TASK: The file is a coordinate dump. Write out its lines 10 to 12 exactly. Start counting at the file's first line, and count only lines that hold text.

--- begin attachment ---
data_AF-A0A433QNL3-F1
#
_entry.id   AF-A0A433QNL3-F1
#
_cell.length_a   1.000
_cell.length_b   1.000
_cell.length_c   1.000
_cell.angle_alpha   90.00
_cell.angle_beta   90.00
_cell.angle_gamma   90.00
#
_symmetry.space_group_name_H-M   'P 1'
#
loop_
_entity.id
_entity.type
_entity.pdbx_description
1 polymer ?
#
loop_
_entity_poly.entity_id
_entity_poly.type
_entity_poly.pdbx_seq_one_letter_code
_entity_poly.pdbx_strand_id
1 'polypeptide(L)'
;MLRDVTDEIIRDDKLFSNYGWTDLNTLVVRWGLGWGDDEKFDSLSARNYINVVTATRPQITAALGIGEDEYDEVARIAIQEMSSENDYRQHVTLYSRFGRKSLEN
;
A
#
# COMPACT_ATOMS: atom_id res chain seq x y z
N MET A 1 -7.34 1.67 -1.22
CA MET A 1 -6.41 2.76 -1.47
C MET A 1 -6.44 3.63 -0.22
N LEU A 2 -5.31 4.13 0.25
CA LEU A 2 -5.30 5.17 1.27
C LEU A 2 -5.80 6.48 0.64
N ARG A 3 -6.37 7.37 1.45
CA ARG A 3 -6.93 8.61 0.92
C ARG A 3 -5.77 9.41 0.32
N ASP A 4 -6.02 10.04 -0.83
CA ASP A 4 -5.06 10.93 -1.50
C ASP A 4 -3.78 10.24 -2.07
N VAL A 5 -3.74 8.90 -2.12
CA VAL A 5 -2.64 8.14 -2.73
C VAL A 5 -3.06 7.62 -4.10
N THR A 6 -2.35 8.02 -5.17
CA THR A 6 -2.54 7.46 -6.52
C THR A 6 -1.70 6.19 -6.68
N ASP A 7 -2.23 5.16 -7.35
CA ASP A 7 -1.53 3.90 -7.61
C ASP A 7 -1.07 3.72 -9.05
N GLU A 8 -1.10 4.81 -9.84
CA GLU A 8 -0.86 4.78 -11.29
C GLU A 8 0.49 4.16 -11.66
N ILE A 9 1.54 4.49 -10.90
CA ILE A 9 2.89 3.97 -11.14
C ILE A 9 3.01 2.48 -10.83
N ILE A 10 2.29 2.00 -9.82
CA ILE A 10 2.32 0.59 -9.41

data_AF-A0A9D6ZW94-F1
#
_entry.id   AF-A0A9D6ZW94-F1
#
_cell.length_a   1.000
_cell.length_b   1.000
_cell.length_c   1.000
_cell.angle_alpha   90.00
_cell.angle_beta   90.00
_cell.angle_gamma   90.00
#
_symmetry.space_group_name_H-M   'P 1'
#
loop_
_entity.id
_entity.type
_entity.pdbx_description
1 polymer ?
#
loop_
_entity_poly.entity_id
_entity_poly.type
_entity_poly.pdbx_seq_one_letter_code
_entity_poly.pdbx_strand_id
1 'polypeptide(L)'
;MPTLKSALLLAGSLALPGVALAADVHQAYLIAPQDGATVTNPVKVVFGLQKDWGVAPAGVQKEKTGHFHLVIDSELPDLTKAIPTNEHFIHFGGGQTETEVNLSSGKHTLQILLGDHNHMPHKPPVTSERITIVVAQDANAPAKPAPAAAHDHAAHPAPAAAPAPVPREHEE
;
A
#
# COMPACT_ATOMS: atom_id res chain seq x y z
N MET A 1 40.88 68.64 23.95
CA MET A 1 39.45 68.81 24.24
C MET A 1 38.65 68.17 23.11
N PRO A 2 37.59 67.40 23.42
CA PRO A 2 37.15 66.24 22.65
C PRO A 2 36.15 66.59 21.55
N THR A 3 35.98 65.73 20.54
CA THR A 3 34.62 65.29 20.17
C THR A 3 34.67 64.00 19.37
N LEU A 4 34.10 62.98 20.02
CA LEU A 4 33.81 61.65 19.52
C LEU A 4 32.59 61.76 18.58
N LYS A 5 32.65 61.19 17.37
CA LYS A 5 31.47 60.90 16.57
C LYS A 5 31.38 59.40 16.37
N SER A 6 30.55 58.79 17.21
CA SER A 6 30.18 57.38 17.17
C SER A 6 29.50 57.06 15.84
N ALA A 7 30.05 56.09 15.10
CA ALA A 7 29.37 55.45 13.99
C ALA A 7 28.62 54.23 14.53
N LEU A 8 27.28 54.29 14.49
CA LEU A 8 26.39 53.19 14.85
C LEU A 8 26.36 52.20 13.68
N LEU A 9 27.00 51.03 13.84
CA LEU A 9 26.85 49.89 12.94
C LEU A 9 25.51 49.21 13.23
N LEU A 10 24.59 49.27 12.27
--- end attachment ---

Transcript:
_cell.angle_gamma   90.00
#
_symmetry.space_group_name_H-M   'P 1'